Senators Mark Warner and Tim Cain, both former Democratic governors of the Commonwealth of Virginia represent the people living in the 7th Congressional District where voters also elected Republican Eric Cantor as their representative to Congress. It makes one wonder how the citizens in the 7th can reconcile that wide difference. Personally, Eric Cantor has the personality of Dick Cheney. They appear snidely and smirky as a matter of routine behavior. They are most unlikable compared with smiley Mark and Tim. Cantor aligns with wealthy persons, corporations and conservative lobbyists. He opposes immigration reform, and his chemistry doesn’t work at all with President Obama. So, what’s up with that?
Basically, the 7th District is a swath of land that is outside the urban areas and a place where wealthy people live in the country. It is a haven in isolation for conservative Republicans. Cantor won his last election with 58.4% of the vote. That means that not all voters in the district are Republicans. Throughout America, there are enclaves where wealthy persons live, often among rural people who are socially adverse to what goes on in urban cities. These enclaves tend to be where white people outnumber minorities. Class warfare that is sociological warfare is born at the intersection of conservative enclaves and overlapping broader representation.
If voters from the 7th District want more effective government, they need to address the disparity in their representation. That would either mean voting for a Republican Senator or replacing Eric Cantor with a Democrat.
Tit for tat
“The president called me hours after he issued a partisan statement which attacked me and my fellow House Republicans and which indicated no sincere desire to work together,” Cantor said in a statement. “After five years, President Obama still has not learned how to effectively work with Congress to get things done.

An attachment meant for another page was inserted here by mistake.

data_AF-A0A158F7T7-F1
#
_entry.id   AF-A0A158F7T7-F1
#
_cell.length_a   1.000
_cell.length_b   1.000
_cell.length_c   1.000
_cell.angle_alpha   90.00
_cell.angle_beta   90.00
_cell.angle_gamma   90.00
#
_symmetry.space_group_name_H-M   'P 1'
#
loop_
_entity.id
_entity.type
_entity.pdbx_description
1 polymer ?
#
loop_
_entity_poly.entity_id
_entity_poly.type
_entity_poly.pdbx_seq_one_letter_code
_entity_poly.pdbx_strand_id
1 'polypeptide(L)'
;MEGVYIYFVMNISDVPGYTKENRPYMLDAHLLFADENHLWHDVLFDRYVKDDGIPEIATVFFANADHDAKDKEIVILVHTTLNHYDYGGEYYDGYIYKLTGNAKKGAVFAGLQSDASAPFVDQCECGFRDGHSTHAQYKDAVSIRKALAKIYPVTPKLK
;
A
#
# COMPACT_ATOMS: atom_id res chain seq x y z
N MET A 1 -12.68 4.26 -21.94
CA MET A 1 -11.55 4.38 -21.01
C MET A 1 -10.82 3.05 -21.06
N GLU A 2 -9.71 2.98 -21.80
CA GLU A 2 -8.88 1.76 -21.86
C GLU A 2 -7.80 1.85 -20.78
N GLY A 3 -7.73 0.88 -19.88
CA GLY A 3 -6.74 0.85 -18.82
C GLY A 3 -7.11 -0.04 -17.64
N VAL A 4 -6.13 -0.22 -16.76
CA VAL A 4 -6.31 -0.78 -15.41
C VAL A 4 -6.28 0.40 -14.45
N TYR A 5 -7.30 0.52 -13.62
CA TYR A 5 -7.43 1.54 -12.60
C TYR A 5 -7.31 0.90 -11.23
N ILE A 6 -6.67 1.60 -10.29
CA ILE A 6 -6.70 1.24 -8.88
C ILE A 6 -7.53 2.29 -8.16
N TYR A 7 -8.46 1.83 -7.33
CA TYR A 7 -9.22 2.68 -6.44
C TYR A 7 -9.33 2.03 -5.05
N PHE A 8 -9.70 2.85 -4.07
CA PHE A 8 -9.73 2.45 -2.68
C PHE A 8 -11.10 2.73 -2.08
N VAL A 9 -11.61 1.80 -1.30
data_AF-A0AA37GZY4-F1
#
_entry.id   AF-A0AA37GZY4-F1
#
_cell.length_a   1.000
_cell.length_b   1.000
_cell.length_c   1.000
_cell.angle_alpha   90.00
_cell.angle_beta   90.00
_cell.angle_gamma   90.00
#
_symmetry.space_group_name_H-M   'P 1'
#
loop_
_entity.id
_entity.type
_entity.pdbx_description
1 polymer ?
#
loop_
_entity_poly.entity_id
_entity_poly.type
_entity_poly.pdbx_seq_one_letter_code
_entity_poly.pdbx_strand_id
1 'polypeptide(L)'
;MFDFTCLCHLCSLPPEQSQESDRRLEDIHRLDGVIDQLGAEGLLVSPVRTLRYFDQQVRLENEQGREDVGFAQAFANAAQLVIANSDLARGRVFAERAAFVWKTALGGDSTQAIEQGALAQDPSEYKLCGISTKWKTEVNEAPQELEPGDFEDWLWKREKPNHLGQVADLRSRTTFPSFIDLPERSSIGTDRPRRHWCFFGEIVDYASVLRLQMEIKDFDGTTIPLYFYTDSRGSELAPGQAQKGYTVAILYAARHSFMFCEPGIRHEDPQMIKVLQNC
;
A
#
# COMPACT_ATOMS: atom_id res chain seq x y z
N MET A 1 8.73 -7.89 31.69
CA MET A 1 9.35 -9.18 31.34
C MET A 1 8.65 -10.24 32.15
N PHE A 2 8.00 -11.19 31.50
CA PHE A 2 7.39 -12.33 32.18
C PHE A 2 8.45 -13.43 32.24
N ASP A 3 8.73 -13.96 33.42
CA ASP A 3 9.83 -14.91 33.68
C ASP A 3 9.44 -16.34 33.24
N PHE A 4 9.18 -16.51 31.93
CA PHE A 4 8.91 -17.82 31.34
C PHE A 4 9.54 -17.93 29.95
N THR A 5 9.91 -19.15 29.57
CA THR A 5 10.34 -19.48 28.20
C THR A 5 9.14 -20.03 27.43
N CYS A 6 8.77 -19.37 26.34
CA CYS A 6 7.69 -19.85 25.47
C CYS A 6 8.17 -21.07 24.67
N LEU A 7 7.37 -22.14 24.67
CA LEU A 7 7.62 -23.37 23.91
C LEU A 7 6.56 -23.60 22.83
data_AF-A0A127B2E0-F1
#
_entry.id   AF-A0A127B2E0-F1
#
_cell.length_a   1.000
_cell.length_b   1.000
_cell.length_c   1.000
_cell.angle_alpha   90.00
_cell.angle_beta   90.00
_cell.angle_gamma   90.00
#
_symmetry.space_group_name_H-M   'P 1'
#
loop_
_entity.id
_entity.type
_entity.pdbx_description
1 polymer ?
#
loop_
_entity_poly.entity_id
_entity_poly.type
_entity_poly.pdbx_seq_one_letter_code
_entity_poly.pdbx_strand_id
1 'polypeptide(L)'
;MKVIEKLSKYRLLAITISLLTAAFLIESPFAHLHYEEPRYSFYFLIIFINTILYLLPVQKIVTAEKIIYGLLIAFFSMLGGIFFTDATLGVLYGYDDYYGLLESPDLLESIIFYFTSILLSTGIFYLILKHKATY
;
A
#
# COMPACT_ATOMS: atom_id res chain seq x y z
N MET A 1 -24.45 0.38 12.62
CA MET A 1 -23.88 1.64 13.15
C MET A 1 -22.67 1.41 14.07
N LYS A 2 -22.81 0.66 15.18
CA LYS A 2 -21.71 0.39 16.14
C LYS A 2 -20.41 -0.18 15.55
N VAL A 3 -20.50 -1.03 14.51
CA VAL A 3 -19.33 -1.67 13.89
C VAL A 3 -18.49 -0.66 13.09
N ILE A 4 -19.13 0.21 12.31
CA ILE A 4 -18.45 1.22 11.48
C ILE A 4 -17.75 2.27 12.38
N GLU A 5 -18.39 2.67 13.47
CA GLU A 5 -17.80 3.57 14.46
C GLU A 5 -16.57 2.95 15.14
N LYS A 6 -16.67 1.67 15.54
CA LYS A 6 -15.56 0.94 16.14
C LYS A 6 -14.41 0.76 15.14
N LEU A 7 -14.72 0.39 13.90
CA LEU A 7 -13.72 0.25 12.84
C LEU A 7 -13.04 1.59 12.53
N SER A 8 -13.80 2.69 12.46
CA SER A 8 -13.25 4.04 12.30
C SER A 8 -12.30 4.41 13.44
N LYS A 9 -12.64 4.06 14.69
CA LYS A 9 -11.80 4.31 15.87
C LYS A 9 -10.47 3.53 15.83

“You do not attack the very people you hope to engage in a serious dialogue,” he continued.
Obama had issued a statement earlier Wednesday marking the one-year anniversary of the release of a comprehensive immigration reform bill from the so-called Senate Gang of Eight. He praised the Senate legislation, which passed with 68 votes last June, but then turned his fire on House Republicans.
“Unfortunately, Republicans in the House of Representatives have repeatedly failed to take action, seemingly preferring the status quo of a broken immigration system over meaningful reform,” Obama said. “Instead of advancing common-sense reform and working to fix our immigration system, House Republicans have voted in favor of extreme measures like a punitive amendment to strip protections from ‘Dreamers.’”